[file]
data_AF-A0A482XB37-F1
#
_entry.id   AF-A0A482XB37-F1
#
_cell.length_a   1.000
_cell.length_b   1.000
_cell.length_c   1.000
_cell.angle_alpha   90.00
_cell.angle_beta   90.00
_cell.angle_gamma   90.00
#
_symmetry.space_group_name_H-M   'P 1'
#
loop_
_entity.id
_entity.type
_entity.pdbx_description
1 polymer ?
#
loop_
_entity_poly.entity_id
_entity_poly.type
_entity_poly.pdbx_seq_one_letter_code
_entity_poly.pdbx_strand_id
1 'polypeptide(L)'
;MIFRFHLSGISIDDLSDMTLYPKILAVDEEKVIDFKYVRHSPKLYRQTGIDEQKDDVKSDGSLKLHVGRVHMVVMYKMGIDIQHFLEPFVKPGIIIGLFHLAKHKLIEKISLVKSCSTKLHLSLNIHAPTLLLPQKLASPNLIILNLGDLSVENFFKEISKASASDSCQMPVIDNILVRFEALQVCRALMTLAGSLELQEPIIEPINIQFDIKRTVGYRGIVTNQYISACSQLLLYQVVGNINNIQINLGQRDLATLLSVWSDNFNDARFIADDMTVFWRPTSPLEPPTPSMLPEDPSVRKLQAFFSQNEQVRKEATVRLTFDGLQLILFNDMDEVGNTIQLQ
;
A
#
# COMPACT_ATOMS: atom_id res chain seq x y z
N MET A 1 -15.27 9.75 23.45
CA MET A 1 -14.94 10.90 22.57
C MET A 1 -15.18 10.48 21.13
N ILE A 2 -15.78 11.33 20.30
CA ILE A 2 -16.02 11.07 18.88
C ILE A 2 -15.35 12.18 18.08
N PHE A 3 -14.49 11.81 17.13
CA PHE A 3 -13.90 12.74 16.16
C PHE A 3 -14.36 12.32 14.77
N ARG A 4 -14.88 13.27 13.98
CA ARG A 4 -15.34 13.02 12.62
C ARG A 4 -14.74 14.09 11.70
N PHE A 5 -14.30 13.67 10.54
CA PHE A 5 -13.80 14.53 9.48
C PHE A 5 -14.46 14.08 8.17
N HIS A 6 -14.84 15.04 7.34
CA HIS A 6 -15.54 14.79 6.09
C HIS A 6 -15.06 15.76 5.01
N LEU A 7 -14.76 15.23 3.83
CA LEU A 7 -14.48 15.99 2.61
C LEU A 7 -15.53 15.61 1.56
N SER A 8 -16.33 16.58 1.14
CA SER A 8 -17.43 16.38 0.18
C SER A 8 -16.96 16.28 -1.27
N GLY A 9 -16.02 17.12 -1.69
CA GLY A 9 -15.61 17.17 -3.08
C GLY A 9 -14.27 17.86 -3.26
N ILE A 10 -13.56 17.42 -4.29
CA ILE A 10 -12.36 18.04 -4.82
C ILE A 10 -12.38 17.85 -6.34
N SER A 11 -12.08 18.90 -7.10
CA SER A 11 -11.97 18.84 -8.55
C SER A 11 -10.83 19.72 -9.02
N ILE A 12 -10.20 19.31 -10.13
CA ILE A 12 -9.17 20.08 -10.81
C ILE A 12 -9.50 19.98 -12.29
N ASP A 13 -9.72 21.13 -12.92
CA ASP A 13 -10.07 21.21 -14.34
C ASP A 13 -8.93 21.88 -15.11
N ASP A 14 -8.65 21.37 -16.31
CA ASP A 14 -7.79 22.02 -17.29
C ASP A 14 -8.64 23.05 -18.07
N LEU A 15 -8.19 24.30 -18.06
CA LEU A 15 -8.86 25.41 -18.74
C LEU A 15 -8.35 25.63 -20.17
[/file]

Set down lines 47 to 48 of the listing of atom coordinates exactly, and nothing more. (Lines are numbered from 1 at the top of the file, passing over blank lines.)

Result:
CA HIS A 6 -15.54 14.79 6.09
C HIS A 6 -15.06 15.76 5.01